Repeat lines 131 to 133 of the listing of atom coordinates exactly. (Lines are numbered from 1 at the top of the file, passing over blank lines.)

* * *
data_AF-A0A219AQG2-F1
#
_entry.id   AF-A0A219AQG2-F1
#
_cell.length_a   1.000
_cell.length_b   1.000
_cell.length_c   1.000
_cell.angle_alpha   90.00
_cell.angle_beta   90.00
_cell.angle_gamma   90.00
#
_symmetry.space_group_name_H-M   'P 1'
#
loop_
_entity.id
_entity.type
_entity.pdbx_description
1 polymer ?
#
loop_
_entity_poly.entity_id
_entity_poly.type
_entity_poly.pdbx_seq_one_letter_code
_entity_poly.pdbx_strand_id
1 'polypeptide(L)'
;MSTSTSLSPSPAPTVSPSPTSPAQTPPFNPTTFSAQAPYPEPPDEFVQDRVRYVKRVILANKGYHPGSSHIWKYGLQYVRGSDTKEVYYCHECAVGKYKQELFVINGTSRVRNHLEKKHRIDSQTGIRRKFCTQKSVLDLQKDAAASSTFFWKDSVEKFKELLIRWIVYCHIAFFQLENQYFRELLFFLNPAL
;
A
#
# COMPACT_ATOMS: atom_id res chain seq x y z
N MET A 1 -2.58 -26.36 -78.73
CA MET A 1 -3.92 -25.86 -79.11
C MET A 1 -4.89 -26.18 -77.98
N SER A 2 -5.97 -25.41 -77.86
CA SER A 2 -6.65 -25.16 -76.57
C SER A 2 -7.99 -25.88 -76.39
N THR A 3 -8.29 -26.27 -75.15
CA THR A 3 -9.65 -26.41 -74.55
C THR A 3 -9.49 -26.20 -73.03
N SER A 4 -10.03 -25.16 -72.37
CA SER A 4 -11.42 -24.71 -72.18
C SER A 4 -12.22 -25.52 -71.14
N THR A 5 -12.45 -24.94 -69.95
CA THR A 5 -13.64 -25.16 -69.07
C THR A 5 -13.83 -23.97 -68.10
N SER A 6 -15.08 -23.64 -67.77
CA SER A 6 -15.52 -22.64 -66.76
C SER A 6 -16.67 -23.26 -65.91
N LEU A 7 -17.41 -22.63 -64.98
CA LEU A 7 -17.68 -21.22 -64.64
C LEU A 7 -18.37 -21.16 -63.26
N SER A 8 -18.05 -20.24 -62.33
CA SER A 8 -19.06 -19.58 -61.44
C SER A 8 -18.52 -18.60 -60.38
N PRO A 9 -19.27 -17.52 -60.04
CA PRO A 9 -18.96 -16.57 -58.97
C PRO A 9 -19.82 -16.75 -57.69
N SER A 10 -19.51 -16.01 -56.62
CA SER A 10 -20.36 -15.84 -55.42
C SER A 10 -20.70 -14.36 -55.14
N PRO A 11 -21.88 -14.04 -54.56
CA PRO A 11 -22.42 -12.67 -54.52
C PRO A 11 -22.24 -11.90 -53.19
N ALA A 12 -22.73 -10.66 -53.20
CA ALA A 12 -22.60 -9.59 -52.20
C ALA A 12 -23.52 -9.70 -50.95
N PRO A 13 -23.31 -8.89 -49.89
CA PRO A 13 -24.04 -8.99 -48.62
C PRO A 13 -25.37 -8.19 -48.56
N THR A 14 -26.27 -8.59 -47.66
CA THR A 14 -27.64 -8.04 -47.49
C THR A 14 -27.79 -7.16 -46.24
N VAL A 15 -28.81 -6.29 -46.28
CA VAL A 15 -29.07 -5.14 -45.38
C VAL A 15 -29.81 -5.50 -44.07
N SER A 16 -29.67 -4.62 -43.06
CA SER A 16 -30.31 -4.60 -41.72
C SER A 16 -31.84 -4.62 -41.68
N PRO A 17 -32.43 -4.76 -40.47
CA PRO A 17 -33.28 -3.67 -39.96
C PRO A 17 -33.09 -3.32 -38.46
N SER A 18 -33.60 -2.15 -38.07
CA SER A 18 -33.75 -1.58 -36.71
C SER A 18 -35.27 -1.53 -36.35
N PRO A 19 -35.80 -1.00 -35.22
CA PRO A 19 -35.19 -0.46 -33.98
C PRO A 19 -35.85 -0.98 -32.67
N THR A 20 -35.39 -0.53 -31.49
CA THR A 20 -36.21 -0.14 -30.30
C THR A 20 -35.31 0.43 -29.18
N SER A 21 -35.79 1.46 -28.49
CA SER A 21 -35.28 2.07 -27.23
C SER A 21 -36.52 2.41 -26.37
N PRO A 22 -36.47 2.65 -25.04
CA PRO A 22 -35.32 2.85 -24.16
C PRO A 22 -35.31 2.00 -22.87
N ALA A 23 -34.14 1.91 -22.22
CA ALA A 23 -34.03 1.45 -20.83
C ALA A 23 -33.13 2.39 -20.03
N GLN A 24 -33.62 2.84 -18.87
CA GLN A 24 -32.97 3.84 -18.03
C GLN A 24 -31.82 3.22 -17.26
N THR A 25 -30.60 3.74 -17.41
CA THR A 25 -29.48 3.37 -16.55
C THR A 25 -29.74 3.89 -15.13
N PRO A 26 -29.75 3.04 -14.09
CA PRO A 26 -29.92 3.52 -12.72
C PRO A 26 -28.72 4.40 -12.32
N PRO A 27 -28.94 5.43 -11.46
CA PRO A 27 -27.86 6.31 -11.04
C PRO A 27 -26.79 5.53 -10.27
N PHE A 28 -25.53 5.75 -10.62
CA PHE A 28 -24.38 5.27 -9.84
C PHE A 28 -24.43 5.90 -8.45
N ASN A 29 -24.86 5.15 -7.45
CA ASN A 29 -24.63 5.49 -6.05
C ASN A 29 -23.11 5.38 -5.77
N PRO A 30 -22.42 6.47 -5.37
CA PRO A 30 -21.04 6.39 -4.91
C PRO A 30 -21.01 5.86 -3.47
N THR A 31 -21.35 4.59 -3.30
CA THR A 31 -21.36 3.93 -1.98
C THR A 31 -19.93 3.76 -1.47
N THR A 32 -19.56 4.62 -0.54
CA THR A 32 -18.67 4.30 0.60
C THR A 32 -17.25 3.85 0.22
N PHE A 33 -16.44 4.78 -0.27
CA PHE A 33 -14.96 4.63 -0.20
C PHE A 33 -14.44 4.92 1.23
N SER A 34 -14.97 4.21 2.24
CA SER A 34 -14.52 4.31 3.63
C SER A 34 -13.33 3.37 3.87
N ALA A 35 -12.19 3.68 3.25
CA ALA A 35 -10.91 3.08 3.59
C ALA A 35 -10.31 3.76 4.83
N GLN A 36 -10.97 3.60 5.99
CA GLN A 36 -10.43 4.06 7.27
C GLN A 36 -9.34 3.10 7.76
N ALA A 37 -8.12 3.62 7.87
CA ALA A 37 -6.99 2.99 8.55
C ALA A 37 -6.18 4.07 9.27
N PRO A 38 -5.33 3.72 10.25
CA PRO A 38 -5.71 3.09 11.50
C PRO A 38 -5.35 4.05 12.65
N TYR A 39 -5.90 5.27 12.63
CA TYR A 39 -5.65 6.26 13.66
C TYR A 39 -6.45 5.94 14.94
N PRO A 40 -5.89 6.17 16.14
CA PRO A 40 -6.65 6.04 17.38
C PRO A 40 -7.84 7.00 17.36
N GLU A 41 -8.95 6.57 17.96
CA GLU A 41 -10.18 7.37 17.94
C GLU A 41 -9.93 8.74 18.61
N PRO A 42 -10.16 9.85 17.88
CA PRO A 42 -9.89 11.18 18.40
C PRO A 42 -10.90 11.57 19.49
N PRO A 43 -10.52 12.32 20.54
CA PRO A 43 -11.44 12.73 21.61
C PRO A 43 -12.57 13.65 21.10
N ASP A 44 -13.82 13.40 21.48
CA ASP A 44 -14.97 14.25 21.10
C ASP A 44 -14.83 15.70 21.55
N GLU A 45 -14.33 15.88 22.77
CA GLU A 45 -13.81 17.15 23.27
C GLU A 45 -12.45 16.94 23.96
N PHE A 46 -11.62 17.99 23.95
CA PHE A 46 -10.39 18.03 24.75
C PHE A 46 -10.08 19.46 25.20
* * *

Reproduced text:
CA SER A 34 -14.52 4.31 3.63
C SER A 34 -13.33 3.37 3.87
N ALA A 35 -12.19 3.68 3.25